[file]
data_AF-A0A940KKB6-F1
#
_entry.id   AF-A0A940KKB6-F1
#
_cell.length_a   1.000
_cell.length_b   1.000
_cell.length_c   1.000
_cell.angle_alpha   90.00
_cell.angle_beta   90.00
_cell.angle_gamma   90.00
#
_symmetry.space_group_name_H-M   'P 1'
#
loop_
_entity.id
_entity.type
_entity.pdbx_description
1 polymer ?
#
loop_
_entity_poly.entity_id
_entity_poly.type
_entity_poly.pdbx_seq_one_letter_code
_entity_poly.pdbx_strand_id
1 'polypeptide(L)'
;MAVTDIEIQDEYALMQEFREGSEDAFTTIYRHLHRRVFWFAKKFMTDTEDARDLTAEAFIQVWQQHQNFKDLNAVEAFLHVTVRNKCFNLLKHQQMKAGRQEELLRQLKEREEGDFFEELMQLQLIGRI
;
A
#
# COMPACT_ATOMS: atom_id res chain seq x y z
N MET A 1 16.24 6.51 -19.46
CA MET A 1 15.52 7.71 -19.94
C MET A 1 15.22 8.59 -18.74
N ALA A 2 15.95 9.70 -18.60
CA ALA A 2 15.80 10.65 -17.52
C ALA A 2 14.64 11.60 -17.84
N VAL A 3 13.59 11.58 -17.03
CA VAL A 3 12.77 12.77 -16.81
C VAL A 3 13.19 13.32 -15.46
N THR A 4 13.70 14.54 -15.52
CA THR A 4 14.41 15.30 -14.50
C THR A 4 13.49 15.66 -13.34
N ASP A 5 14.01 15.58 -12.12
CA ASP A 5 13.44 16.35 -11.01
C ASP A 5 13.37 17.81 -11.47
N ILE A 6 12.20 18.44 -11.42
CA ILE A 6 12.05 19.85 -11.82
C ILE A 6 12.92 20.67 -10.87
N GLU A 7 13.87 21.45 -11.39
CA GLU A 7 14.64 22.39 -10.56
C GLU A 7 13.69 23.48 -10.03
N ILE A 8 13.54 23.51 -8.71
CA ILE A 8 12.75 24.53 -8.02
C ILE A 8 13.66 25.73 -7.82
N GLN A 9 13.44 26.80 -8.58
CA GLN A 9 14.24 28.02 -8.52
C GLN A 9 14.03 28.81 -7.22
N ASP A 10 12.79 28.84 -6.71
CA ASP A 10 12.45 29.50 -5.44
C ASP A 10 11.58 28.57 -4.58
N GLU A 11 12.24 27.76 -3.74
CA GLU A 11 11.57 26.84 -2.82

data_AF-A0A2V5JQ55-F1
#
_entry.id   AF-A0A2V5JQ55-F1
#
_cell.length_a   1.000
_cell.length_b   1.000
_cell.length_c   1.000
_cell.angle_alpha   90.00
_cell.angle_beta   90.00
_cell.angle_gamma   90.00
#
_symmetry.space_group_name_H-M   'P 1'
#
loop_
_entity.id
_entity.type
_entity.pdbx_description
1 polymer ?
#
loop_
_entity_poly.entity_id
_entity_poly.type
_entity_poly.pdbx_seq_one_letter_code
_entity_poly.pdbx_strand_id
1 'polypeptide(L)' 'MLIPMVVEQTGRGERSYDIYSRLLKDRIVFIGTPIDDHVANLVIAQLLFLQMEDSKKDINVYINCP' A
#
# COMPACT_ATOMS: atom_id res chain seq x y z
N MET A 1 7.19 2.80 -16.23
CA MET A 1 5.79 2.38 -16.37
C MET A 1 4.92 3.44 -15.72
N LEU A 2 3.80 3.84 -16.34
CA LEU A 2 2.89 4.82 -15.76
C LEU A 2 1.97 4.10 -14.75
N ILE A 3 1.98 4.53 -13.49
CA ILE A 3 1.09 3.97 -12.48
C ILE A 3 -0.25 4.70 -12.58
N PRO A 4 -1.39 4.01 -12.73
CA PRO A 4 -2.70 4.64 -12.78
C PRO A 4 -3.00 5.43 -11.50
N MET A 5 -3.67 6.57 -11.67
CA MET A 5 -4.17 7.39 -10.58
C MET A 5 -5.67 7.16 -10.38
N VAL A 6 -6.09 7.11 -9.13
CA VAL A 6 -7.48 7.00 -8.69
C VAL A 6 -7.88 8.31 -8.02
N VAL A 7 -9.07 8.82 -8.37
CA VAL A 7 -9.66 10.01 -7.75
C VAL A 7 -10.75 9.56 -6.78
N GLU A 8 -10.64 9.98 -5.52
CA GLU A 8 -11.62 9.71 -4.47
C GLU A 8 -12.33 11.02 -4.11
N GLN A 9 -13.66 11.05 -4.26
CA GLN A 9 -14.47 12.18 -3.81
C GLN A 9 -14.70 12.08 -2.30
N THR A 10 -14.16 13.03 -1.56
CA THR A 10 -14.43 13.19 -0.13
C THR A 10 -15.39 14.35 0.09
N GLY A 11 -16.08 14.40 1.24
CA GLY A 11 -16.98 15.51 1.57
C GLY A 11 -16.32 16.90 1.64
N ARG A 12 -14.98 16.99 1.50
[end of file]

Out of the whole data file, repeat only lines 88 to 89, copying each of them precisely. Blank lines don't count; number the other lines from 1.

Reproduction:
#
# COMPACT_ATOMS: atom_id res chain seq x y z